PS-DBM grilled over P5-B testing kits that did not meet required specs
MANILA, Philippines — The Procurement Department-Department Budget and Management (PS-DBM) was questioned on Friday why it purchased RT-PCR kits worth around P5 billion despite failing to meet specified requirements.
According to Senator Francis Pangilinan, inspection reports signed by PS-DBM show that the purchased testing kits only have a six-month shelf life.
However, the senator added that the required specifications per the testing kits’ shelf life should have been at least 24 to 36 months from the date of delivery.
“Pero ‘yung inspection reports, nakalagay ay ang expiry dates noong mga dineliver ay anim na buwan lang… Bakit doon sa specs ay dapat 24 to 36 months ang shelf life, pero dito sa inspection remarks, six months lang expired na,” Pangilinan said.
(As per the inspection reports, it is stated that the expiry dates of the delivered kits is only in six months… Why is it that the specifications required in terms of expiry were at 24 to 36 months, yet here in the inspection remarks, the kits are expired in six months?)
“Obviously, hindi sumunod sa specs. Tama ‘yun diba? So bakit tinanggap kung hindi sumunod sa specs? Mind you, hindi ito maliit na pera, P5 billion ‘to,” the senator added.
(Obviously, this did not follow the specifications. Is that right? So why did we accept this if they do not follow the specifications? Mind you; this is not a small amount. This is P5 billion.)
Pangilinan said the testing kits were purchased in April and May last year and delivered in September of the same year.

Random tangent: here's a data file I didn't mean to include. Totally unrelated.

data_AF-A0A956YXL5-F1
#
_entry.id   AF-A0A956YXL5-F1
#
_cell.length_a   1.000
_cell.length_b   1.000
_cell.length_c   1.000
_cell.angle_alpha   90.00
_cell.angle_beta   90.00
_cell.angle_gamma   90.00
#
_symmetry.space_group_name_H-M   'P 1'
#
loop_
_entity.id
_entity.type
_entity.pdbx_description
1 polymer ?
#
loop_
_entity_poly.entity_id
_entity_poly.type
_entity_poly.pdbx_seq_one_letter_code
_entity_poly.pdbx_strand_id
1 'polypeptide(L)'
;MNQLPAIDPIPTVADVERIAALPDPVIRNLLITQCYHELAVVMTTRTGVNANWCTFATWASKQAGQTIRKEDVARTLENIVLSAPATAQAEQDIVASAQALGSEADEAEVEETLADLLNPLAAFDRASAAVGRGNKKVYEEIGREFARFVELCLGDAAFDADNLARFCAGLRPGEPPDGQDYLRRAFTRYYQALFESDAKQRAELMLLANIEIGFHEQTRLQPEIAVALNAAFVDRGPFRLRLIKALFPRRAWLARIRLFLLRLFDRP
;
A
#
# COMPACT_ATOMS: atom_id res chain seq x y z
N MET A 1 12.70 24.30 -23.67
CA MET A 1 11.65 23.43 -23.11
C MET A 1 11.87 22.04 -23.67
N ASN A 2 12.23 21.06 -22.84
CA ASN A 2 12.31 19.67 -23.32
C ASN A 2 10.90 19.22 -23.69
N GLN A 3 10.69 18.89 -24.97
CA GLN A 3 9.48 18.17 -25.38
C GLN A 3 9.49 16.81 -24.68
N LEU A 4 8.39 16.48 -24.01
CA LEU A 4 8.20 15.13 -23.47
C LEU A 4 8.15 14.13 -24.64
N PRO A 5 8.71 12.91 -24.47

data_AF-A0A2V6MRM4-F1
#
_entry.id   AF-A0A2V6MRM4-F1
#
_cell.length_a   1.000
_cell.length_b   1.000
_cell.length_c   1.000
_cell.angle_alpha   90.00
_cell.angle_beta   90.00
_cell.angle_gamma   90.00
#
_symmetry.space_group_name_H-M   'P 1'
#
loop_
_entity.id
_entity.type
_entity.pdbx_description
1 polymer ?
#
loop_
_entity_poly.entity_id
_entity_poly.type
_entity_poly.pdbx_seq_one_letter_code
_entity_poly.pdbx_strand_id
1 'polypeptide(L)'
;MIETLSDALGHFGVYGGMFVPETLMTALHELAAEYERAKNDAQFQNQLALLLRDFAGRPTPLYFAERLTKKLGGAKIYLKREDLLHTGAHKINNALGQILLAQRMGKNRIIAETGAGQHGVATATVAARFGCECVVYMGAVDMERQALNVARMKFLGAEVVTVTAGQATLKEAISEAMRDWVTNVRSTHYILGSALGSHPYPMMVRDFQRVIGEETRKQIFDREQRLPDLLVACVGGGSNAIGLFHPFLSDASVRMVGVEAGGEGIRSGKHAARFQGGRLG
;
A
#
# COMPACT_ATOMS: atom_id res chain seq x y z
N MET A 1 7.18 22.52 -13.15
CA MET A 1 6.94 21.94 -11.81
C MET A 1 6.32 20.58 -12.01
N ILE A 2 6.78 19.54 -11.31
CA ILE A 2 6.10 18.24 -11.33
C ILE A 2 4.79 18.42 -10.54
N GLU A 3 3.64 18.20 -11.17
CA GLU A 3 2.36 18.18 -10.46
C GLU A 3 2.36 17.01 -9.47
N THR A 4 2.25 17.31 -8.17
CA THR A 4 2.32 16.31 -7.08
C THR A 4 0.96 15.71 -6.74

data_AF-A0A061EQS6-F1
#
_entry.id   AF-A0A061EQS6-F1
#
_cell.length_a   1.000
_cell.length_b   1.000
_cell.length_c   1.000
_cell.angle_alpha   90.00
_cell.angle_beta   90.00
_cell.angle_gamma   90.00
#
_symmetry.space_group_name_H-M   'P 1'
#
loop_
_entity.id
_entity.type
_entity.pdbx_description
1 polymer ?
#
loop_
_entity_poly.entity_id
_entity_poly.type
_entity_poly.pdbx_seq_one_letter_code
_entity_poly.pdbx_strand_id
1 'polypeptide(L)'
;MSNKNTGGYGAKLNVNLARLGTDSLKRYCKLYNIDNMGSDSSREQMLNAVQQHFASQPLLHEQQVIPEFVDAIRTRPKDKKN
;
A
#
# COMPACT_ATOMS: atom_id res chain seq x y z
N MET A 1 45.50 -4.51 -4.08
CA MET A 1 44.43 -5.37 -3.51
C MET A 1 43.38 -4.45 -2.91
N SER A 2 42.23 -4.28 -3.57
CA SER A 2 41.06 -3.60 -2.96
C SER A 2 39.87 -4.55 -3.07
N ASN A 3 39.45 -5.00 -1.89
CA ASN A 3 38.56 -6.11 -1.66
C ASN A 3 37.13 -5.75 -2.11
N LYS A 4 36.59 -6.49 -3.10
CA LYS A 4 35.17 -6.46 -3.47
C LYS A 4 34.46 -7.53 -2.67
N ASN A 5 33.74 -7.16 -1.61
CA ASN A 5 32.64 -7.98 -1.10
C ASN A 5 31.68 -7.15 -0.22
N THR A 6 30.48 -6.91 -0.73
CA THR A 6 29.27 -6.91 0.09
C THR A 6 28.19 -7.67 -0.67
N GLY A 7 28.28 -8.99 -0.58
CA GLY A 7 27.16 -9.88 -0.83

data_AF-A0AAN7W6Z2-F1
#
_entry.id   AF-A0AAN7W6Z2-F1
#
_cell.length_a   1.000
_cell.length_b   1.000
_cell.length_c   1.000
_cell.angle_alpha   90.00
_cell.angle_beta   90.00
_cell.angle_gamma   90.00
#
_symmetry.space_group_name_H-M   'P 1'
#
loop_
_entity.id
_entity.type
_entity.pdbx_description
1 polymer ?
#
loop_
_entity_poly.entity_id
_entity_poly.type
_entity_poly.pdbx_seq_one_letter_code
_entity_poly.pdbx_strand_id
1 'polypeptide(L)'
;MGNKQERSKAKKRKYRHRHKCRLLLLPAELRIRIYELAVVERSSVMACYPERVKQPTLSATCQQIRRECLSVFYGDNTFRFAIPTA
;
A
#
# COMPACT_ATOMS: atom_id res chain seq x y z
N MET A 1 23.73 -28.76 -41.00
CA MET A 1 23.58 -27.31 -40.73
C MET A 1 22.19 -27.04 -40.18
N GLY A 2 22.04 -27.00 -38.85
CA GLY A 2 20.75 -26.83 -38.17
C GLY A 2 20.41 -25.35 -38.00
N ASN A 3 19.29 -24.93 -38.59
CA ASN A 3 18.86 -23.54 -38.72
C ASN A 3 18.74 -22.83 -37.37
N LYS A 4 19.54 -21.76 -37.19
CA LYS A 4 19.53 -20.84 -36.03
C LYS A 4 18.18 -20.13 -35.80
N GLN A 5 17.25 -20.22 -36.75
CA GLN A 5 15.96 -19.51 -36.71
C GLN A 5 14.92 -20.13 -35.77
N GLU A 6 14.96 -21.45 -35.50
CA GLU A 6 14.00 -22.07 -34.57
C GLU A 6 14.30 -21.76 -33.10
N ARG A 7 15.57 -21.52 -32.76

Former PS-DBM official Mervin Tanquintic, who signed some of the inspection reports, said they also noticed that the testing kits did not meet the specifications and discussed it with the Department of Health (DOH).
“It was determined that kits would be consumed prior to the expiration date,” Tanquintic said.
Pangilinanpointed out that testing kits should be cheaper the closer to their expiration date.
“Ito ba ay—una overpriced na, pangalawa hindi pa tama ‘yung specs in violation of what the DOH provided as the specifications,” Pangilinan said.
(This is number one, overpriced. Number two, the specifications are not correct and violate what the DOH provided.)
After further grilling, Tanquintic pointed his finger at the health department, saying: “It was acceptable to the DOH inspection at that time.”
Tanquintic likewise admitted that deliveries that did not meet the required specifications must be rejected in other transactions.
“During that time, joint po yan noong dineliver yan, nakita na ‘yung expiration date (we saw the expiration date when it was delivered). It was also inspected with the DOH at that time,” Tanquintic said.
“Mauubos naman daw po yung kits dahil mataas yung requirement for test kits at that time. Prior to expiration, maubos daw po ‘yung kits,” he added.
(They said the kits would be used up because of the high need for testing kits at that time. They said the kits would be used before the expiration.)
Francisco Duque concurred with Tanquintic’s remarks and highlighted the need for testing kits at the time. However, Duque said they were unaware the testing kits would expire in six months.
“Doon po sa inyong katanungan bakit tinanggap kahit hindi siya within the 24 to 36 months, at that time kasi very acute ‘yung need for testing kits, hindi rin naman namin alam sa DOH na halos lahat pala ng testing kits na ‘to talagang six months lang ang kanilang expiry period,” Duque said.
(In your question as to why we accepted it even if it’s not 24 to 36 months, at that time, the need for testing kits was very acute. The DOH did not know that almost all of the testing kits are expired in six months.)
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